When someone does us harm, either physical, verbal or emotional, it seems our natural inclination is to seek revenge. We want to get back at them. We want to make them hurt like we hurt. We somehow envision some modicum of satisfaction we’ll receive from just such a scenario.
Can vengeance bring any of us real solace, satisfaction, or a sense of peace?
I was watching some movie recently, unfortunately, I don’t recall the movie or the setting. I think the movie was actually on as background noise while I was engaged in some other endeavor. My ears, however, tuned in as one character was saying to another; “I would caution you not to seek vengeance, those who do so never survive.” I really wish I could remember what was actually on, but that quote set me to thinking about our bent toward wanting revenge against those who have harmed us.
In Romans 12:17-19 Paul cautions believers against seeking vengeance against their enemies. “17 Do not repay anyone evil for evil, but take thought for what is noble in the sight of all. 18 If it is possible, so far as it depends on you, live peaceably with all. 19 Beloved, never avenge yourselves, but leave room for the wrath of God,[a] for it is written, ‘Vengeance is mine; I will repay, says the Lord.’”
Looking at that particular scripture made me begin to think about why God would command us not to seek to get back at those who have hurt us? It seems only natural for us to want a sense of justice for the wrongs we have endured.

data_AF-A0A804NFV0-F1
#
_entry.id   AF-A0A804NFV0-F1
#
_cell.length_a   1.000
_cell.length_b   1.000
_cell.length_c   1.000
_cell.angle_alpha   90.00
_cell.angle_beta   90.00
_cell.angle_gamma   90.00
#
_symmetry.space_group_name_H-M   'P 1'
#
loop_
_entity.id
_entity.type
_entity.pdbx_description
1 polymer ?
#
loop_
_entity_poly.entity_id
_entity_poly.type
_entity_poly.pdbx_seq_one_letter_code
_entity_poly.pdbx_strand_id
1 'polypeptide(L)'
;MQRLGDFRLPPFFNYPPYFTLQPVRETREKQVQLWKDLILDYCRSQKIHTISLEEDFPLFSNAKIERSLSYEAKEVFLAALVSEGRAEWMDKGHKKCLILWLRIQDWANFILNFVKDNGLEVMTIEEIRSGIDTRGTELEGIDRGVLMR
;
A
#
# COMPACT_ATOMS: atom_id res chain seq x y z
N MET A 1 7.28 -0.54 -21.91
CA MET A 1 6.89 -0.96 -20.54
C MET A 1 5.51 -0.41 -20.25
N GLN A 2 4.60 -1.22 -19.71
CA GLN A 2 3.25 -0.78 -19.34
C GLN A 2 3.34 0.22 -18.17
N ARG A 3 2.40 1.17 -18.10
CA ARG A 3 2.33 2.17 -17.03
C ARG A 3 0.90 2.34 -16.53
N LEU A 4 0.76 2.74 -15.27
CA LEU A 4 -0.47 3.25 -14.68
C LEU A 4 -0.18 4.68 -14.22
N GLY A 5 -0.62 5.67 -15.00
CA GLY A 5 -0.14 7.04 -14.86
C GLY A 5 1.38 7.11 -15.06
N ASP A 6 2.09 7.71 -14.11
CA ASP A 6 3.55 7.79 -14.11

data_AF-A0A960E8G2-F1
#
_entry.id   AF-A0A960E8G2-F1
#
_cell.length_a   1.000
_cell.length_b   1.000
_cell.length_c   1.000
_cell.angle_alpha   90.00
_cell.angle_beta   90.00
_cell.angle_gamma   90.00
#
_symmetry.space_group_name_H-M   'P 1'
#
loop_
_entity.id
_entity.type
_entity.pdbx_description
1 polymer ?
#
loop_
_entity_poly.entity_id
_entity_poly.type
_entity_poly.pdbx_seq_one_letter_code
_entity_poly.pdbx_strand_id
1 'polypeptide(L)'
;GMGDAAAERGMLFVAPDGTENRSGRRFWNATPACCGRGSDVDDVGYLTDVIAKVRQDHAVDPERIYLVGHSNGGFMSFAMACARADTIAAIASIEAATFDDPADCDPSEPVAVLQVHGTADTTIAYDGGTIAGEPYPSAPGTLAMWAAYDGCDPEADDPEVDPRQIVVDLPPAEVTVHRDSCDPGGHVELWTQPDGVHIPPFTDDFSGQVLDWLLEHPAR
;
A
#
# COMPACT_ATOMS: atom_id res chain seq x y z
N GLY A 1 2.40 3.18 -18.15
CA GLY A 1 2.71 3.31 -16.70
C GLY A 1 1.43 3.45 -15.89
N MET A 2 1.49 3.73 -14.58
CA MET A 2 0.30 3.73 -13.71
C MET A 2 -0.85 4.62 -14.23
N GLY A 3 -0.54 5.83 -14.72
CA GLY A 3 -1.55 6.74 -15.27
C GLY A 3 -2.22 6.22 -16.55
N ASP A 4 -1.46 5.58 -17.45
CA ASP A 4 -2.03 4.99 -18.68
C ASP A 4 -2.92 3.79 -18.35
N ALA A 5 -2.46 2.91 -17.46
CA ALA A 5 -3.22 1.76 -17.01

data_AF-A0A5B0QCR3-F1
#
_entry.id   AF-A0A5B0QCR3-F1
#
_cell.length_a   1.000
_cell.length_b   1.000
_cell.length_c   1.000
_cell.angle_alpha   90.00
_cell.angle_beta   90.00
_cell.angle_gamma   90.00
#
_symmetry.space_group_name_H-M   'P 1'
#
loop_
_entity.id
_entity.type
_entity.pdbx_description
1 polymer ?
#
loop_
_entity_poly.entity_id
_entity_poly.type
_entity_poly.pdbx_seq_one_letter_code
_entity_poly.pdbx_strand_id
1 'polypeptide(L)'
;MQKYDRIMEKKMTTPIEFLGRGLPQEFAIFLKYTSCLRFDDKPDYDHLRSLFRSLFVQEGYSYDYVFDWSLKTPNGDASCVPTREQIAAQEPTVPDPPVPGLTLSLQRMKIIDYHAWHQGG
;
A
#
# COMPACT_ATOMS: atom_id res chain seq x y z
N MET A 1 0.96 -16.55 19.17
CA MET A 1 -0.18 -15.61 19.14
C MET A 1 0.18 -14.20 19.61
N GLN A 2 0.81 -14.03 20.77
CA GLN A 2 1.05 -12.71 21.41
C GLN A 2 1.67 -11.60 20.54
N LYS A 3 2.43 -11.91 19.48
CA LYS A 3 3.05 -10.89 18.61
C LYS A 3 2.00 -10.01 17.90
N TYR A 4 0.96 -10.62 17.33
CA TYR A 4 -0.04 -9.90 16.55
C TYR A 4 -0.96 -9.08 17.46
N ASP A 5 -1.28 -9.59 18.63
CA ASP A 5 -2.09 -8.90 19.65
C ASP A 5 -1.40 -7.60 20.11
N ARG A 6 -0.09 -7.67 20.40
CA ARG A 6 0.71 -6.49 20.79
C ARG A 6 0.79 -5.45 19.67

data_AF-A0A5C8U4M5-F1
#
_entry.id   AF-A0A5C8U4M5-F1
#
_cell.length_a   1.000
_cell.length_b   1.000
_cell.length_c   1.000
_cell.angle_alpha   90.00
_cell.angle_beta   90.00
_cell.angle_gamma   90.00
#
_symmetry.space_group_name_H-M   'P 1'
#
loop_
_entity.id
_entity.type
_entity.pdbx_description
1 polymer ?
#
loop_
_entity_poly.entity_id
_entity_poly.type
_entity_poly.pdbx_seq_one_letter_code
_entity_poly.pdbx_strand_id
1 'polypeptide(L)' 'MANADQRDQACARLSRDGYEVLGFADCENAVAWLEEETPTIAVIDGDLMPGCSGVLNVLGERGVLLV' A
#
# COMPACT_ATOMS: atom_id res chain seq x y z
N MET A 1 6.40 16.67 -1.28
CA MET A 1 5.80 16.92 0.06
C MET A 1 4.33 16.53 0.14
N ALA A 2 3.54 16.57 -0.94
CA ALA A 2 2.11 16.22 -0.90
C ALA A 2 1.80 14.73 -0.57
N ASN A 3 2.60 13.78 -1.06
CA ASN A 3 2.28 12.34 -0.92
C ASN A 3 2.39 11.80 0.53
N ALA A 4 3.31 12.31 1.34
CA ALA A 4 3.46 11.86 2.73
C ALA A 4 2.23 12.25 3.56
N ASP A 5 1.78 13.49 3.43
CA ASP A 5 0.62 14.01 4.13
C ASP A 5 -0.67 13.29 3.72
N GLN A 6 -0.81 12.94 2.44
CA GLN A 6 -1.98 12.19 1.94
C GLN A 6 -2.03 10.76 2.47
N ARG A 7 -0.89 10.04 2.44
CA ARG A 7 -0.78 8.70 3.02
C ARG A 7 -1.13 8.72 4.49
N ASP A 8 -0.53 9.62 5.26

God says vengeance belongs to God, not to us. Why? Could it be that God is the only being who can survive meting out recompense to offenders? Considering the overheard quote about those seeking vengeance never surviving, It started to make more and more sense to me. Vengeance has the ability to swallow us, swallow our soul. When revenge is what consumes us, we become pessimistic and our minds are filled with negative energy. It can literally take over and dominate our lives. In that way, the person who harmed us, continues to wreak havoc in our lives.
It’s easy to understand why people seek harsh punishment for perpetrators after a terrible crime, but there are studies which cast doubt on whether harsh punishment in general, actually brings relief and the peace of mind those who have been harmed deserve. “A 2008 study published in the Journal of Personality and Social Psychology found that people who were taken advantage of financially by someone else thought they would feel better if they exacted revenge. In fact, punishing the offender actually made them feel worse, apparently because meting out a punishment caused them to think about the offender more and dwell on the negative incident. They didn’t feel as bad when someone else did the punishing for them—but even then, they felt no better than people who didn’t pursue punishment at all.”
Maybe, as finite beings, we were not created with the capacity for vengeance. Maybe our Loving God created us for love, and as such we cannot derive satisfaction from exacting revenge. Maybe, the closure we need to our hurts can only come from our forgiving of the other. Maybe this is why we are told vengeance belongs only to God. Maybe that’s why Jesus taught us to pray for forgiveness to the degree we are able to offer forgiveness to others.
May we remind ourselves daily of our need for forgiveness, and of what we receive when we also forgive. God’s forgiveness, closure of old wounds, and a peace that passes all understanding.
Your fellow traveler on the Way,